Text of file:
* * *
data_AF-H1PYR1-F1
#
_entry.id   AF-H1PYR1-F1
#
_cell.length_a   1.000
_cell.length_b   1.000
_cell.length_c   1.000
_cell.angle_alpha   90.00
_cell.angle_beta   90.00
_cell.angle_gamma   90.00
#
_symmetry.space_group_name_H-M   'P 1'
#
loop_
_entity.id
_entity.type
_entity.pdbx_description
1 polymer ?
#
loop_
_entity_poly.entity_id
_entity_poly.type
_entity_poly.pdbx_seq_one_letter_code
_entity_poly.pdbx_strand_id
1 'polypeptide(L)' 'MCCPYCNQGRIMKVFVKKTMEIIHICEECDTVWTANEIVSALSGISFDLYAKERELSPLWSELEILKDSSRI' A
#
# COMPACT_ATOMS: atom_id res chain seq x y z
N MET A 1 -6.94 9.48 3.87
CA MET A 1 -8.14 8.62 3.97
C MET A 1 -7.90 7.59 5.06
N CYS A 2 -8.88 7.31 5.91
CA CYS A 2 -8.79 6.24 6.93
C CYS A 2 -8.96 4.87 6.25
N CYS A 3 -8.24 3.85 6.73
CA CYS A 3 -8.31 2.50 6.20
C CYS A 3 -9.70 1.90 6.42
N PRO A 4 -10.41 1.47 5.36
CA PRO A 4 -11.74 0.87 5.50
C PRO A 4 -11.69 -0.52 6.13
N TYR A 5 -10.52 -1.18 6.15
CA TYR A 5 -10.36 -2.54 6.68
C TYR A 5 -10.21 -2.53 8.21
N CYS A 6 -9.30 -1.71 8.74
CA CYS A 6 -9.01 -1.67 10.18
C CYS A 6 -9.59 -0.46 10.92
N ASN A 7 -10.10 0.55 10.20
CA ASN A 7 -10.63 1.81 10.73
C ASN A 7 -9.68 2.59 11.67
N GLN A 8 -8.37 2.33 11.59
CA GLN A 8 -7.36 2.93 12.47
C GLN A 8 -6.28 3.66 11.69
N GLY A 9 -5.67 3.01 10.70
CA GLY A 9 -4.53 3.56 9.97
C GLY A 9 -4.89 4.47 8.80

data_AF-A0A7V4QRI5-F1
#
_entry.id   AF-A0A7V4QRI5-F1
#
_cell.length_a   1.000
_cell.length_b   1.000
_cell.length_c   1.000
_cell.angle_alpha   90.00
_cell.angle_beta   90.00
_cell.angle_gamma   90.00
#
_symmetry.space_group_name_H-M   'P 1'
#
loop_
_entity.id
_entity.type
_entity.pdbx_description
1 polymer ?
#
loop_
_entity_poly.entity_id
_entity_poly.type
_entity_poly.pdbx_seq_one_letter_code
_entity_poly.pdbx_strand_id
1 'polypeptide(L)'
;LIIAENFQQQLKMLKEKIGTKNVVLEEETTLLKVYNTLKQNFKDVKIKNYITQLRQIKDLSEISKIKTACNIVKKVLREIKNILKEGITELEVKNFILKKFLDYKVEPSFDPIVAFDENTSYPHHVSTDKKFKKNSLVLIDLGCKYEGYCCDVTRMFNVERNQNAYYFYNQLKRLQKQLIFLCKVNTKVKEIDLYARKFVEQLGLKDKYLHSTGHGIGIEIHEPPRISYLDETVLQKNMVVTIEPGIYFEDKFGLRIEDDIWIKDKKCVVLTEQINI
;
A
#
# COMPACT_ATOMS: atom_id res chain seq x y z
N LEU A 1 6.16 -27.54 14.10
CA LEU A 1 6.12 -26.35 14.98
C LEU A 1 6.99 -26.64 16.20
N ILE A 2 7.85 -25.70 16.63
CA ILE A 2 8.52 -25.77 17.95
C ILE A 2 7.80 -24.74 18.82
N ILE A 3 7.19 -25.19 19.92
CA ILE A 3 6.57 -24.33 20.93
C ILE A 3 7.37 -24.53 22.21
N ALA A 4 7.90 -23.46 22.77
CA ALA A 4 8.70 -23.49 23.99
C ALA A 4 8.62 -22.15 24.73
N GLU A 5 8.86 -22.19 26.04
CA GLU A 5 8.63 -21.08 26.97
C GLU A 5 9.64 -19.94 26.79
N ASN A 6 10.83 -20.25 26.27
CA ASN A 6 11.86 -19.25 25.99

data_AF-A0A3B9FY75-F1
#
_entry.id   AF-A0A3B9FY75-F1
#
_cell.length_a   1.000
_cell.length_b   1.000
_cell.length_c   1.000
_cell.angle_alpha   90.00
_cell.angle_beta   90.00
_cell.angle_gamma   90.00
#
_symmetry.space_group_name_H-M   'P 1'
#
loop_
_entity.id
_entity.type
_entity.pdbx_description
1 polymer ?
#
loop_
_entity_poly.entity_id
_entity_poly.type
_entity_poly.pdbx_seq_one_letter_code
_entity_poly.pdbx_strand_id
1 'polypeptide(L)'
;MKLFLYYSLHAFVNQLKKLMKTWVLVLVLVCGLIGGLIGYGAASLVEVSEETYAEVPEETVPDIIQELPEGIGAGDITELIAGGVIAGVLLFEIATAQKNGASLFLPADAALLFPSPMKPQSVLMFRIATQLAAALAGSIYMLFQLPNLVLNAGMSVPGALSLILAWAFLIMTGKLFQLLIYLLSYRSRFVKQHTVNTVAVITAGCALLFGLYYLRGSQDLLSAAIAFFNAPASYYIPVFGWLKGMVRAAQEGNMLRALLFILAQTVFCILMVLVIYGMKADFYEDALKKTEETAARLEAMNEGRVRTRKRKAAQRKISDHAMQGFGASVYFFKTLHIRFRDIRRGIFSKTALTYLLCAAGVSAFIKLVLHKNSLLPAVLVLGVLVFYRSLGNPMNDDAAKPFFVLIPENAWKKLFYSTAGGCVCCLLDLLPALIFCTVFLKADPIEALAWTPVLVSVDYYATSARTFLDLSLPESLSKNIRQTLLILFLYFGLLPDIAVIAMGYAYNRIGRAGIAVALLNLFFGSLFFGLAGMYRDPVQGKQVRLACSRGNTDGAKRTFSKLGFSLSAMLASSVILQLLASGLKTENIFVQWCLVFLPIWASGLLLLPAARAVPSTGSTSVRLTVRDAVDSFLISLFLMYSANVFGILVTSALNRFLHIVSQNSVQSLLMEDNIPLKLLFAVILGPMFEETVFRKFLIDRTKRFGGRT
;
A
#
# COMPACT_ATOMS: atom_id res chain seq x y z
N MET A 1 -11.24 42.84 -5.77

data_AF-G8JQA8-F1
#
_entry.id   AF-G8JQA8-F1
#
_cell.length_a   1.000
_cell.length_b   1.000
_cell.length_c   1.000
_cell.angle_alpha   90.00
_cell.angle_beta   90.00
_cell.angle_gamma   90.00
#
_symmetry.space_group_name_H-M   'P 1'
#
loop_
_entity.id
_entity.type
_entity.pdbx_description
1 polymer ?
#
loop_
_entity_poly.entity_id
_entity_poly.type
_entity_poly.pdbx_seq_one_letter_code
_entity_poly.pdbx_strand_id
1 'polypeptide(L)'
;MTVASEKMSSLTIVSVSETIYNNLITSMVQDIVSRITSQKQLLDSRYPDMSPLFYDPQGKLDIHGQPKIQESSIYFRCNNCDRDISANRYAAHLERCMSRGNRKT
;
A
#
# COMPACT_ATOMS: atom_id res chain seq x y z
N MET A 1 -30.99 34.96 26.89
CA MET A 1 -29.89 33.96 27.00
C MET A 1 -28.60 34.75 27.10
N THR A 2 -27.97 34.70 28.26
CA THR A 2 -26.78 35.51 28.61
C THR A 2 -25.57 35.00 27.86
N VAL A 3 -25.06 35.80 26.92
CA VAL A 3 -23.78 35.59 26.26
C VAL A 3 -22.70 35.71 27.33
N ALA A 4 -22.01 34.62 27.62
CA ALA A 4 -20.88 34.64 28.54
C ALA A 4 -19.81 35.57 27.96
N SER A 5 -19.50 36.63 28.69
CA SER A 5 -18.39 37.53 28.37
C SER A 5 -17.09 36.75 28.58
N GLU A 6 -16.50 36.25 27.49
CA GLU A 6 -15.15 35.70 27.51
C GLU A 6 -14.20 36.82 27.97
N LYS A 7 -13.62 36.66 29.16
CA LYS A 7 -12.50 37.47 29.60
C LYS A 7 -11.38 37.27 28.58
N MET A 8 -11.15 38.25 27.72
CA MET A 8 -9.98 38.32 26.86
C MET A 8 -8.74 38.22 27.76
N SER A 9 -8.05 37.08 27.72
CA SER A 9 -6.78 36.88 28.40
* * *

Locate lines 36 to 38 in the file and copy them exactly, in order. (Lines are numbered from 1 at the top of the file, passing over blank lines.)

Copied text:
C CYS A 3 -9.70 1.90 6.42
N PRO A 4 -10.41 1.47 5.36
CA PRO A 4 -11.74 0.87 5.50